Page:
- Routine Inspection: Landlords should schedule regular inspections of the property with the tenant, ideally on a quarterly basis. A landlord should provide prior notification before entering the property; often the terms of the lease will specify the particulars regarding these visits, or local law will. This is an opportunity for the landlord to identify maintenance issues or for the tenant to discuss any problems such as that leaky faucet.
- Drive-by Inspection: Routinely stopping by the unit to observe its outside condition can help spot issues such as the unauthorized presence of a pet.
- Move-out Inspection: As the name implies, this inspection comes when the tenant moves out. This inspection is not only the time to identify any damage a tenant may have caused but for the landlord to note what normal wear-and-tear repairs or maintenance issues may need to be addressed before the unit is rented out again.
Rental Property Maintenance Expenses
Determining how much money to allocate for rental property maintenance expenses can be tricky. Many professional property managers use what they call the 1% Rule: One percent of the total property value should be set aside to address rental maintenance expenses. Following this rule, a rental property valued at $200,000 would have a $2,000 annual budget line item for maintenance expenses.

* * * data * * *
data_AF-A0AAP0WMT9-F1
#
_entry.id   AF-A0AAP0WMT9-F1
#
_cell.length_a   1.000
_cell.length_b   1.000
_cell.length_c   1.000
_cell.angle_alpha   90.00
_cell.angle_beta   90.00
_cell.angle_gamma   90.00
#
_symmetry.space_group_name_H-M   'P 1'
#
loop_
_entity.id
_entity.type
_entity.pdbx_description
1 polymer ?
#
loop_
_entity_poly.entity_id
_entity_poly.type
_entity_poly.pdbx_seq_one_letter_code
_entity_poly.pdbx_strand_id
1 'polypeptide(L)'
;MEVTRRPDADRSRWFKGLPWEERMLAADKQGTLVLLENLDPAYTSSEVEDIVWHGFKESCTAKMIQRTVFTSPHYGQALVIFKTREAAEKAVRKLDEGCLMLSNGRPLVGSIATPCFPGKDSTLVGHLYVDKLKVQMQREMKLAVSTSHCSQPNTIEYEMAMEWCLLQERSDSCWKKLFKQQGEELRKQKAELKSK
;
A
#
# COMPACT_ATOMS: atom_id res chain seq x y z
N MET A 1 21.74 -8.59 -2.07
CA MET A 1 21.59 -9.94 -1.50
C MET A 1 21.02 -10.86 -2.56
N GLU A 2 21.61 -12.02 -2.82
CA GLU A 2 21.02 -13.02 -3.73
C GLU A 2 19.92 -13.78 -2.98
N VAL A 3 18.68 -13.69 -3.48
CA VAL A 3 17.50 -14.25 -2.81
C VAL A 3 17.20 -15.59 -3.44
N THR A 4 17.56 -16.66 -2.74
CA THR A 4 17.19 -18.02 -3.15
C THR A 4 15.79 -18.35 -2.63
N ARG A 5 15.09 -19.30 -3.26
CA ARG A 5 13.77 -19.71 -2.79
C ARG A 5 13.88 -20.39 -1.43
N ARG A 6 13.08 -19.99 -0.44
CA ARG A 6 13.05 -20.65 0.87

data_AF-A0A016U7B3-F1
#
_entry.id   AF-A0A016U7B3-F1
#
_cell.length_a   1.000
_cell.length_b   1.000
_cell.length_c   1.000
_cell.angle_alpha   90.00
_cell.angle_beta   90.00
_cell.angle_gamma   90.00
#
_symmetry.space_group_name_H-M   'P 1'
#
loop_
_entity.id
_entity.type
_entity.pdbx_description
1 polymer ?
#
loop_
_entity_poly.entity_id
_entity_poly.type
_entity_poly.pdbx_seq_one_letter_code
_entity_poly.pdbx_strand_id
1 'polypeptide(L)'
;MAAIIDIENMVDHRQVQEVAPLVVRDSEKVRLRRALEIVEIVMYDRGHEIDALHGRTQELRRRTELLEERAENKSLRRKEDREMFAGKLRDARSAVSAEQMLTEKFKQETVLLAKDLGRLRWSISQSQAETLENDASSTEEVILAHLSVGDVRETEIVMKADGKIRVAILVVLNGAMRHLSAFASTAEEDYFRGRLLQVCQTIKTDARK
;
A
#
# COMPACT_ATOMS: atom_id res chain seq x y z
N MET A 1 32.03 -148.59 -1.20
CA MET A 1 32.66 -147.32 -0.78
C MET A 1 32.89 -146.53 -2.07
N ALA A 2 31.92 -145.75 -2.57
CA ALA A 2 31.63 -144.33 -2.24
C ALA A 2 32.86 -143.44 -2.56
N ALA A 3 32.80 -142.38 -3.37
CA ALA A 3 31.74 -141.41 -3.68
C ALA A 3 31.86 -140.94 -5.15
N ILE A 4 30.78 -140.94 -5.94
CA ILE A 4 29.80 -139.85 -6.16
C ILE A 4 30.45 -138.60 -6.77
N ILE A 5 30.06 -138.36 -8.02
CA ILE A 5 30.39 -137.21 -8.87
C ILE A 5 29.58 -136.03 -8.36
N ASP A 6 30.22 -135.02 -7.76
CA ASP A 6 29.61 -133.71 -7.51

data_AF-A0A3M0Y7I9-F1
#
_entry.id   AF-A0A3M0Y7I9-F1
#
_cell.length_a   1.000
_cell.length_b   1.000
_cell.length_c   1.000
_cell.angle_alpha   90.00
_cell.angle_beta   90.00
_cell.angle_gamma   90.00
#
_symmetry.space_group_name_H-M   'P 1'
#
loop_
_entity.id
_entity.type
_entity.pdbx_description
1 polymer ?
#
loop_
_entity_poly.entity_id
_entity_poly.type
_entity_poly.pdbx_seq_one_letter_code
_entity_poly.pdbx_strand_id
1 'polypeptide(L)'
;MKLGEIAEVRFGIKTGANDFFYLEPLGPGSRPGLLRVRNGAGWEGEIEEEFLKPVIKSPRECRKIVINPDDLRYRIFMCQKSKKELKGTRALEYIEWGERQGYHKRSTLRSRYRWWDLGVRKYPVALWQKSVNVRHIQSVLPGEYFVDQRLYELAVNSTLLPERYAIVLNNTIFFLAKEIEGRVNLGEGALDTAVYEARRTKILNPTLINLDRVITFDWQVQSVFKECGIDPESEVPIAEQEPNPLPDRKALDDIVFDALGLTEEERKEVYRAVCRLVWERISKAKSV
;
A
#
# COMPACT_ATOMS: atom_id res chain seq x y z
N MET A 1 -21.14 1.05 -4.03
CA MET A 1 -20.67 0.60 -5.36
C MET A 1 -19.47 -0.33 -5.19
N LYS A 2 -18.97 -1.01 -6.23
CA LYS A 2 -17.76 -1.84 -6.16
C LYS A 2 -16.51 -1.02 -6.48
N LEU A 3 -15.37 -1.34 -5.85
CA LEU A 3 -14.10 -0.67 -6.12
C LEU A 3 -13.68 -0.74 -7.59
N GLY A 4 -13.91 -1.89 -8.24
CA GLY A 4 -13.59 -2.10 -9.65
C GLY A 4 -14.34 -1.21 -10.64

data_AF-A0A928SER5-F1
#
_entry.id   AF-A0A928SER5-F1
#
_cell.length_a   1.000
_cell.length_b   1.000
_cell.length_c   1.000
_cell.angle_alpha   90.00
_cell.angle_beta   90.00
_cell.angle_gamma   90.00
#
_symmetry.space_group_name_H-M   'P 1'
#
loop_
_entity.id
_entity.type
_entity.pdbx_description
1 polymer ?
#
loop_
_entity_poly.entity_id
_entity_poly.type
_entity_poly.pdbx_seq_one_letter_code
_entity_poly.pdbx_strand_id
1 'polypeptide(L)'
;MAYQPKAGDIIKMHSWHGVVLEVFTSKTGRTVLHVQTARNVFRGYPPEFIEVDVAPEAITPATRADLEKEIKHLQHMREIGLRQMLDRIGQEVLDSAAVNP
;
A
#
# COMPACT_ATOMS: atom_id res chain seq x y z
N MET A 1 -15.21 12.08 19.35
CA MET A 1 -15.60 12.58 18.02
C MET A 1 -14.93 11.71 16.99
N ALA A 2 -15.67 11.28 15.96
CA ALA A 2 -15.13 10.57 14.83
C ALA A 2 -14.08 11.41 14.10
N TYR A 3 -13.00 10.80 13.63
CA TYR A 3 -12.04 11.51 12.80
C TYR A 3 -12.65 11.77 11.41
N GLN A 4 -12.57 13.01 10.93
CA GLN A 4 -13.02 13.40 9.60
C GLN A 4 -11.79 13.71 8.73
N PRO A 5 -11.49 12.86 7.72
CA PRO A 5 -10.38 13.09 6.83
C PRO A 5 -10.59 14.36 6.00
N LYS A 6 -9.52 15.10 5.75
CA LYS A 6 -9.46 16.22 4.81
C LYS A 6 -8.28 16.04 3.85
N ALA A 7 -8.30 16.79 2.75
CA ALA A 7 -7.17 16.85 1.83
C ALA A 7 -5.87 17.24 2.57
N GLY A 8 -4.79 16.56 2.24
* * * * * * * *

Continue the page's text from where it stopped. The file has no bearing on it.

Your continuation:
Keep in mind this is only a rule of thumb. Factors such as the age of the property or cost of living in the area may require a larger or smaller annual budget for rental property maintenance expenses.
To account for large capital expenditures, such as a new roof, you may want to apply a different formula: the 50% Rule. This model suggests that half of all rental property income should be used for operating costs, which includes not only rental maintenance and repairs but also things like taxes, insurance, fixed fees and an escrow account for big-ticket expenses like a new roof. That means a landlord who rents a property for $1,500 per month would squirrel away $750 for rental maintenance and operating expenses.
To DIY or Hire A Professional?
A rental maintenance budget will also depend on whether a landlord opts to personally do most of the maintenance or hire the service to a contractor(s). The landlord should do an honest assessment of his or her skills and availability before making this decision. While it is certainly tempting to save money and go the do-it-yourself (DIY) route on rental maintenance, a landlord may find that his or her time is better spent on other parts of the rental management business.
Keep in mind that rental maintenance requires a varied skill set, from plumbing to electrical, and the ability to troubleshoot problems. Service calls can come at any time day or night. A landlord who chooses to do rental maintenance directly should be prepared for all eventualities.